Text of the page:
Promotive Communications

Laboratory Focus January 2011

Laboratory Focus is Canada's leading editorial-based lab publication. Providing readers with the latest technology updates through application and tech notes, as well as covering new products and trends in laboratories across Canada.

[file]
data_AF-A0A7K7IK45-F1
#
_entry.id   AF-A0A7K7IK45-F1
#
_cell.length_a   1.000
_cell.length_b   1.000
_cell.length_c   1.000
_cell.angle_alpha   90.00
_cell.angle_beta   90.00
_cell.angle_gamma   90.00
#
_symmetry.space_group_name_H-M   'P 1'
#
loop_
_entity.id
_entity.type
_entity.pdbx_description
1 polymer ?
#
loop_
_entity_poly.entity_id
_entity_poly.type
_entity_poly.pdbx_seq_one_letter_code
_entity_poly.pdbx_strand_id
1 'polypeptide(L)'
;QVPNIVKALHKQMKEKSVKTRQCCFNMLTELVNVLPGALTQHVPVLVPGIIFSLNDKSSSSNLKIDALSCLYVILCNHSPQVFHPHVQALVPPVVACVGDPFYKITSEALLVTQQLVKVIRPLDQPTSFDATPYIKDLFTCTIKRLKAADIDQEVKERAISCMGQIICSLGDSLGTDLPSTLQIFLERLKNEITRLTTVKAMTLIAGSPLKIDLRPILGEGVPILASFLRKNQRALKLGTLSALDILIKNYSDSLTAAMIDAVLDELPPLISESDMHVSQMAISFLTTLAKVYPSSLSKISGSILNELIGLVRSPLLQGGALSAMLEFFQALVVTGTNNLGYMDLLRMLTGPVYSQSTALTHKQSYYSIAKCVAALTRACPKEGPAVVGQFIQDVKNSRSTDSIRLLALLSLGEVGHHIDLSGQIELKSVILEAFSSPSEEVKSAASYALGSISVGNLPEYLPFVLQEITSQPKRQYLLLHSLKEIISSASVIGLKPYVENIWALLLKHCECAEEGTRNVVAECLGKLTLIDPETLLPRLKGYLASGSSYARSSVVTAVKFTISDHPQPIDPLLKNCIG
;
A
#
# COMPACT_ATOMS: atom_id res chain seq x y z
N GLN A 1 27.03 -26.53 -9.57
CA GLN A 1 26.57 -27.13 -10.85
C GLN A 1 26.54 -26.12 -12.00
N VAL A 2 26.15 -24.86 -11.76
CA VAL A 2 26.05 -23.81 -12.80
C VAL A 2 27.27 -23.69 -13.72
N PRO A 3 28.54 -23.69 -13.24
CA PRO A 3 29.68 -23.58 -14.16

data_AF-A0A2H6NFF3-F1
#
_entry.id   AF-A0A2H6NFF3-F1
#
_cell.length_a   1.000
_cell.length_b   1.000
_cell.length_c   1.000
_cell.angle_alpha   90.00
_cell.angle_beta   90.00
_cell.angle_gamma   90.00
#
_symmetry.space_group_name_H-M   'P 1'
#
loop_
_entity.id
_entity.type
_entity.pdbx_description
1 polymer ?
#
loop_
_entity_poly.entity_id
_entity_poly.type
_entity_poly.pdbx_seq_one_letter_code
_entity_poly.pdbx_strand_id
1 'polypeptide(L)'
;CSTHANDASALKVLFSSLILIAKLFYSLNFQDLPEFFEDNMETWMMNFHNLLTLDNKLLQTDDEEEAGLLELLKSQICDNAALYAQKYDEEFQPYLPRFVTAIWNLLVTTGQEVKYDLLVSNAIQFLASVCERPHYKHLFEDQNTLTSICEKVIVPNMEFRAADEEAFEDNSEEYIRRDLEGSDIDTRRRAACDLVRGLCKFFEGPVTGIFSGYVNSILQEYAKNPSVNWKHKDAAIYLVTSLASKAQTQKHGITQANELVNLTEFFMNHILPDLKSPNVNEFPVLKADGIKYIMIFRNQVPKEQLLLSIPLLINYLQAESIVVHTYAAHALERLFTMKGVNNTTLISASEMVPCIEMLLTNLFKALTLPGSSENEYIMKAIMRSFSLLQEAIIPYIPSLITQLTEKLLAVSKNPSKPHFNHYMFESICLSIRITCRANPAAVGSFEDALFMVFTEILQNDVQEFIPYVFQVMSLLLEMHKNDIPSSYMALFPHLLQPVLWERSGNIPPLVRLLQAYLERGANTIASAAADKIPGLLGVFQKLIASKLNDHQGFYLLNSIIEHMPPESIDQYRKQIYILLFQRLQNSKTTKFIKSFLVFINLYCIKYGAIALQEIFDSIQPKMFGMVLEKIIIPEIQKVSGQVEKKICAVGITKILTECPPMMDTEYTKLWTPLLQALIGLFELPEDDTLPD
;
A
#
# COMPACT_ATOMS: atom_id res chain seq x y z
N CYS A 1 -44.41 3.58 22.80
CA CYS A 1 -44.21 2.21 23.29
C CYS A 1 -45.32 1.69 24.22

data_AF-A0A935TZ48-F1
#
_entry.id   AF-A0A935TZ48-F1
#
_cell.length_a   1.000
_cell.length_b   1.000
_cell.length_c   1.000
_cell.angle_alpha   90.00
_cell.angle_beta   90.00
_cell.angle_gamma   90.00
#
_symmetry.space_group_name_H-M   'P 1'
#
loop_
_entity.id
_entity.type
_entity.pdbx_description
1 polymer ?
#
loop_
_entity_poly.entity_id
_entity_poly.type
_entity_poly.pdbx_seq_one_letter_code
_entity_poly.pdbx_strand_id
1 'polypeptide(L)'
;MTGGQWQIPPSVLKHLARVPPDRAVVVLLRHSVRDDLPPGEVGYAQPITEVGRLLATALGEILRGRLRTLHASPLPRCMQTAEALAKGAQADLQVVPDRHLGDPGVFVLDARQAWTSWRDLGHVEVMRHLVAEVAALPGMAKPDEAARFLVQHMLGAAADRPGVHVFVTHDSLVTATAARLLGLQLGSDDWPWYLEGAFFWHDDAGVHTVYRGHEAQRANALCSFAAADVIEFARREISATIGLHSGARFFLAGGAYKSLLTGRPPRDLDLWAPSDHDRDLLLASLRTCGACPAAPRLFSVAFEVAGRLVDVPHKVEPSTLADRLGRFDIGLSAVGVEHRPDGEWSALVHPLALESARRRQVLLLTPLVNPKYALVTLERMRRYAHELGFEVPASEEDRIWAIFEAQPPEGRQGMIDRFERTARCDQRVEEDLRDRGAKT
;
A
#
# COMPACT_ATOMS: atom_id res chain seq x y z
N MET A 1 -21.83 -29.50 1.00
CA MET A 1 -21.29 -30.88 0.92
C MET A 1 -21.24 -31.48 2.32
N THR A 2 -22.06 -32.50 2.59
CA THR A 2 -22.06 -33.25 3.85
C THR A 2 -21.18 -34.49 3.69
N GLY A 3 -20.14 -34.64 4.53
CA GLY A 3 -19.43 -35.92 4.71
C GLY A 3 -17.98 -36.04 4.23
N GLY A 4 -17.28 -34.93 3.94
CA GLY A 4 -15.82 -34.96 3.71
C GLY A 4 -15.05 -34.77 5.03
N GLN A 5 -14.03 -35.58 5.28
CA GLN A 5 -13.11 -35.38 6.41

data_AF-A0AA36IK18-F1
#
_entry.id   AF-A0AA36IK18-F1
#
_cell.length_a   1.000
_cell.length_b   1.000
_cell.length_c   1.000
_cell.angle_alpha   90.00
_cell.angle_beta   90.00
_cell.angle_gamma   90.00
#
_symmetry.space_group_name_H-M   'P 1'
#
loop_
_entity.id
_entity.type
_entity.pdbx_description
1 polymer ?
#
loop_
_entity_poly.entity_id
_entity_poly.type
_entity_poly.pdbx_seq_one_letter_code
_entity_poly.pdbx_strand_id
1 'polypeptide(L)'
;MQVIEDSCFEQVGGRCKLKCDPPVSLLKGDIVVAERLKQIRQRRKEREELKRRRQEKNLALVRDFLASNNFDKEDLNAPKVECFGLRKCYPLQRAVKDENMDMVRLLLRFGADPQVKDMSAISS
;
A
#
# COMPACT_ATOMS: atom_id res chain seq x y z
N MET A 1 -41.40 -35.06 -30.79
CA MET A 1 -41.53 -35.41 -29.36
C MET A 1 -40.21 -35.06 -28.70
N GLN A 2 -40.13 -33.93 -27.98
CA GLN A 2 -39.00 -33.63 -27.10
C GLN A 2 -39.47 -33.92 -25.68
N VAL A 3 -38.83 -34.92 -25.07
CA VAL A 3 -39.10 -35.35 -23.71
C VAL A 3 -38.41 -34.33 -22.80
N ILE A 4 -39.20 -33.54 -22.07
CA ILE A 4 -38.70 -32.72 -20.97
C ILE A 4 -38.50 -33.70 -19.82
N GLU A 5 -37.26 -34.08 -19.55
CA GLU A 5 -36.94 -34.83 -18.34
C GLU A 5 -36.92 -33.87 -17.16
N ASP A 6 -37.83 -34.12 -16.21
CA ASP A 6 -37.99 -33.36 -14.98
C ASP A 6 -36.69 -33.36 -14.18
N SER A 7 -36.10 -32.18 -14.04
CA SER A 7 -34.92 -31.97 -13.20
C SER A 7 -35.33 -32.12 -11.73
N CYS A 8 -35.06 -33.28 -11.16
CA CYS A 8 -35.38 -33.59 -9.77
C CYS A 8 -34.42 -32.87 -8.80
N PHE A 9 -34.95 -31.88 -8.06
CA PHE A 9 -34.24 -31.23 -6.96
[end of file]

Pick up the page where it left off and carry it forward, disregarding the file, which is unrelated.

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P h armac e u t i ca l C l i n i ca l C h e m i ca l f oo d w w w. b i o s c i e n c e w o r l d . c a Nuclear Magnetic Resonance Page 8 JANUARY 2011 Volume 15, Number 1 Multiplexed iTRAQ labeling Challenges and Opportunities Page 12 Dr. Anne-Claude Gingras Lunenfeld researchers develop innovative, freely available software to purify mass spectrometry data Researchers at the Samuel Lunenfeld Research Institute of Mount Sinai Hospital and the University of Toronto, as well as colleagues in Michigan and Scotland, have developed an innovative computa- Publications Mail Registration Number: 40052410 tional approach���the first of its kind worldwide���designed to analyze mass spectrometry data. The software, called SAINT (Significance Analysis of INTeractome), will allow researchers globally to quickly as- e n v i ronm e nt sess the reliability and accuracy of protein binding data helping to further their studies of cancer and other illnesses. The tool was developed by Lunenfeld Principal Investigator Dr. AnneClaude Gingras (Lea Reichmann Research chair in Cancer Proteomics and assistant professor in the Department of Molecular Genetics at the University of Toronto), and Dr. Alexey Nesvizhskii (assistant professor in the Department of Pathology and in the Center for Computational Medicine and Bioinformatics, University of Michigan, Ann Arbor) to meet a key challenge in the field of protein mass spectrometry (a tech- R&D News.......................... 1 Appointments..................... 6 Pharma Notes. ................... 6 . New Products................... 15 Calendar........................... 17 Career Spotlight............... 18 nology that helps researchers separate, identify, and quantify specific proteins): namely, to identify and quantify ���true��� protein interactions gleaned from mass spectrometry data, and filter them from proteinbased contaminants in the sample data. Previously, other approaches to analyze mass spectrometry data have not allowed for a probabilitybased model to measure and account for errors in a data set. ���SAINT allows researchers to identify the real protein interactions in their sample, and to exclude the false positives generated through contaminants,��� said Dr. Gingras. ���In effect, the software applies a much needed filter to purify the data and remove ���noise.������ SAINT was introduced earlier this year by Drs. Gingras, Nesvizhskii and Mike Tyers, when their teams generated a comprehensive road map of the signaling proteins that control many aspects of cellular behaviour in yeast cells���a discovery reported in a May issue of Science. However, the updated approach can be applied to a wider variety of datasets of various sizes and levels of protein network density. ���The first version of SAINT was intended to help us analyze very large-scale datasets, which is something that only a few laboratories worldwide are generating,��� said Dr. Nesvizhskii. ���We then realized that, with some modifications, the same approach could be extended to researchers specifically interested in knowing what a few proteins interact with inside the cell. This makes our approach very useful to most cancer biologists using mass spectrometry, as it enables them to quantify their interaction data.��� The development of SAINT was supported by several agencies, including the Canadian Institutes of Health Research and the National Institutes of Health, as well as the Mount Sinai Hospital Foundation.

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